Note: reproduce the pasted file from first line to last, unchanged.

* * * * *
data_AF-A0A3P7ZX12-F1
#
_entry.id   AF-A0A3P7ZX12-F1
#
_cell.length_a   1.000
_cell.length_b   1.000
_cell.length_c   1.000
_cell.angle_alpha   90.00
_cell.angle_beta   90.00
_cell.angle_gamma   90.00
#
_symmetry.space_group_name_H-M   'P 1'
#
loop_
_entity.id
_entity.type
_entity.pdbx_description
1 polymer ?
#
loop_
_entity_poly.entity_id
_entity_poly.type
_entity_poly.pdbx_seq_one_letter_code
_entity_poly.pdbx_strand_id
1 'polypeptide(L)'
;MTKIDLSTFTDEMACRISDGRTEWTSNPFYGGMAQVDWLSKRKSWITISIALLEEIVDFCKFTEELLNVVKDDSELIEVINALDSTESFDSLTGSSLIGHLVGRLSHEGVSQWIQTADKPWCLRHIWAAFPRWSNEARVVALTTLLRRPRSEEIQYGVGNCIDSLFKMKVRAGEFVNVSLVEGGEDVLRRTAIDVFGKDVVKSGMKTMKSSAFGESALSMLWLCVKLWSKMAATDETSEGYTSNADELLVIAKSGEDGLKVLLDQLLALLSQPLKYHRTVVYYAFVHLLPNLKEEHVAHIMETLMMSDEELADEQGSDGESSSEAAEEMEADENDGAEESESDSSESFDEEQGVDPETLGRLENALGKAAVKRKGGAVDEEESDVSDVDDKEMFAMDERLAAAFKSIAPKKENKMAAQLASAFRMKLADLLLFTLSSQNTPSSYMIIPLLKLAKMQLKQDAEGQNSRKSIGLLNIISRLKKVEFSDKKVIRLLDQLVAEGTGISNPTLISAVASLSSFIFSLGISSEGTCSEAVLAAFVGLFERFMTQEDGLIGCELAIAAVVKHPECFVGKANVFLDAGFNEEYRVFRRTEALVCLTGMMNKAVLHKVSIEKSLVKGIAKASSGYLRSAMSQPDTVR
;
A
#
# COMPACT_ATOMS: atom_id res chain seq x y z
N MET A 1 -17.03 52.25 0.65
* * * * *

data_AF-A0A3P7ZX12-F1
#
_entry.id   AF-A0A3P7ZX12-F1
#
_cell.length_a   1.000
_cell.length_b   1.000
_cell.length_c   1.000
_cell.angle_alpha   90.00
_cell.angle_beta   90.00
_cell.angle_gamma   90.00
#
_symmetry.space_group_name_H-M   'P 1'
#
loop_
_entity.id
_entity.type
_entity.pdbx_description
1 polymer ?
#
loop_
_entity_poly.entity_id
_entity_poly.type
_entity_poly.pdbx_seq_one_letter_code
_entity_poly.pdbx_strand_id
1 'polypeptide(L)'
;MTKIDLSTFTDEMACRISDGRTEWTSNPFYGGMAQVDWLSKRKSWITISIALLEEIVDFCKFTEELLNVVKDDSELIEVINALDSTESFDSLTGSSLIGHLVGRLSHEGVSQWIQTADKPWCLRHIWAAFPRWSNEARVVALTTLLRRPRSEEIQYGVGNCIDSLFKMKVRAGEFVNVSLVEGGEDVLRRTAIDVFGKDVVKSGMKTMKSSAFGESALSMLWLCVKLWSKMAATDETSEGYTSNADELLVIAKSGEDGLKVLLDQLLALLSQPLKYHRTVVYYAFVHLLPNLKEEHVAHIMETLMMSDEELADEQGSDGESSSEAAEEMEADENDGAEESESDSSESFDEEQGVDPETLGRLENALGKAAVKRKGGAVDEEESDVSDVDDKEMFAMDERLAAAFKSIAPKKENKMAAQLASAFRMKLADLLLFTLSSQNTPSSYMIIPLLKLAKMQLKQDAEGQNSRKSIGLLNIISRLKKVEFSDKKVIRLLDQLVAEGTGISNPTLISAVASLSSFIFSLGISSEGTCSEAVLAAFVGLFERFMTQEDGLIGCELAIAAVVKHPECFVGKANVFLDAGFNEEYRVFRRTEALVCLTGMMNKAVLHKVSIEKSLVKGIAKASSGYLRSAMSQPDTVR
;
A
#
# COMPACT_ATOMS: atom_id res chain seq x y z
N MET A 1 -17.03 52.25 0.65